She’s a stripper who also works at one of America’s most exclusive and powerful clubs: the United States Senate.
On Wednesday, a woman named Kim (using only her first name) published an op-ed in the Guardian titled, “I work at the U.S. Senate. I shouldn’t have to dance at strip clubs to feed my son.” Kim works as a cashier ringing up coffee and other cafeteria delights for some of the world’s most powerful politicians, but she wrote that the $10.33 wage (before taxes, we assume) and unstable work schedule routinely leave her unable to pay the most basic bills.
“Even though I serve some of the wealthiest and most powerful people in the world, I can’t afford to buy my son school supplies or clothes,” wrote Kim in the Guardian essay. “After paying all my bills and providing for the needs of my son, I’m $600 in the hole every month. On top of the low wages, I get a lay-off notice every time the U.S. Senate goes on recess, which means that I don’t get a paycheck for 8-10 weeks a year.”
“After paying all my bills and providing for the needs of my son, I’m $600 in the hole every month.”
Kim’s story is the latest twist in an ongoing battle over whether to allow Restaurant Associates, owned by the British company Compass, to continue providing the cafeteria services on Capitol Hill. In April, the cafeteria workers went on strike and revealed to reporters that many people who worked at the Senate offices were on food stamps—including one man who was homeless.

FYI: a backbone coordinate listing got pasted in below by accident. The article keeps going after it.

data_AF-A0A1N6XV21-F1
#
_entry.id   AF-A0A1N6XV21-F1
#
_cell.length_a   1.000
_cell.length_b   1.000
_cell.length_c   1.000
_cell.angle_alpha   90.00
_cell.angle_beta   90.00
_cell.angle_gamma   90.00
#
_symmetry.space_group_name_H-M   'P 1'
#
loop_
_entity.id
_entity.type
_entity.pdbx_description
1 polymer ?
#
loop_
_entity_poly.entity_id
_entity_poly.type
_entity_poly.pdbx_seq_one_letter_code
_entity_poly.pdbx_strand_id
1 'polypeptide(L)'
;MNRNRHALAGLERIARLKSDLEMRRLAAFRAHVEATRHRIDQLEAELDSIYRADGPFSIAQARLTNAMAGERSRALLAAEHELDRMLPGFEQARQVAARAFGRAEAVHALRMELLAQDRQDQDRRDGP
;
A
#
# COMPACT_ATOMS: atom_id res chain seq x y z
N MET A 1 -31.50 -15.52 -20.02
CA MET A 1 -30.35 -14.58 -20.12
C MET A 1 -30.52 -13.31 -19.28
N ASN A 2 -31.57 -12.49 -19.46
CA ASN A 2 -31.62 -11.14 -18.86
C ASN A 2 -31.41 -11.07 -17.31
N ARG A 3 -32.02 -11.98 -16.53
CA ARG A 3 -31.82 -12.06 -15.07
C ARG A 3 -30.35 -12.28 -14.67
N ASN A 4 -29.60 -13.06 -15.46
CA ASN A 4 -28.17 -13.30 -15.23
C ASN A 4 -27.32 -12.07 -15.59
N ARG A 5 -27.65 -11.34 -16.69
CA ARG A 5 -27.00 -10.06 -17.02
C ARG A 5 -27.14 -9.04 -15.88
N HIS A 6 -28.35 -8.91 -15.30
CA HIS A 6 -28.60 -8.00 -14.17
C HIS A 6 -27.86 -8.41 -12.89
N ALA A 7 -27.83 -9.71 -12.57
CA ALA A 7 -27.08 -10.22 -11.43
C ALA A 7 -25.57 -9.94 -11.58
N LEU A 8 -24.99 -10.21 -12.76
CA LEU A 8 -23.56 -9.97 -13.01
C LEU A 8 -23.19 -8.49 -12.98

“I work for the most powerful people in the country, and there I am sleeping at a subway stop,” a Restaurant Associates employee, Charles Gladden, told CNN in April.
A couple of weeks ago, on July 21, the Guardian ran an essay by another Hill cashier, Sontia Bailey.
Bailey wrote that she worked 70 hours a week to make ends meet: a day job at the Senate cafeterias and nights at Kentucky Fried Chicken. Working from 6am to 1am everyday took such a toll, wrote Bailey, that she had a miscarriage.
“If I made a living wage at the U.S. Capitol, I would not have needed to get a second job and stretch myself to the breaking point,” wrote Bailey. “If I just had one good-paying job, I would be a new mother today. Nobody should ever have to choose between paying the bills and the health of her pregnancy.”
Not only that, but KFC allegedly paid her a higher hourly wage than her job at the Senate.
On April 27, a small coalition of senators led by 2016 presidential candidate Bernie Sanders (I-Vt.) and Dick Durbin (D-Ill.) sent a letter to the chairman of the Senate Rules Committee asking that contractors be required to pay living wages to employees.
In the letter, the senators pointed out that the currently required base wage of $10.10 adds up to an unsustainable annual salary of $21,000—and that’s only with a full-time schedule that doesn’t include the frequent session layoffs faced by Senate workers.
“Contractors should not be allowed to keep food and restaurant services prices low for senators, Senate staff, and visitors to the Senate, while failing to pay their workers a living wage,” read the Senate letter. “Nor should American taxpayers subsidize these contractors by allowing them to pay low wages that must be augmented by taxpayer-funded benefits.”
Illustration by Fernando Alfonso III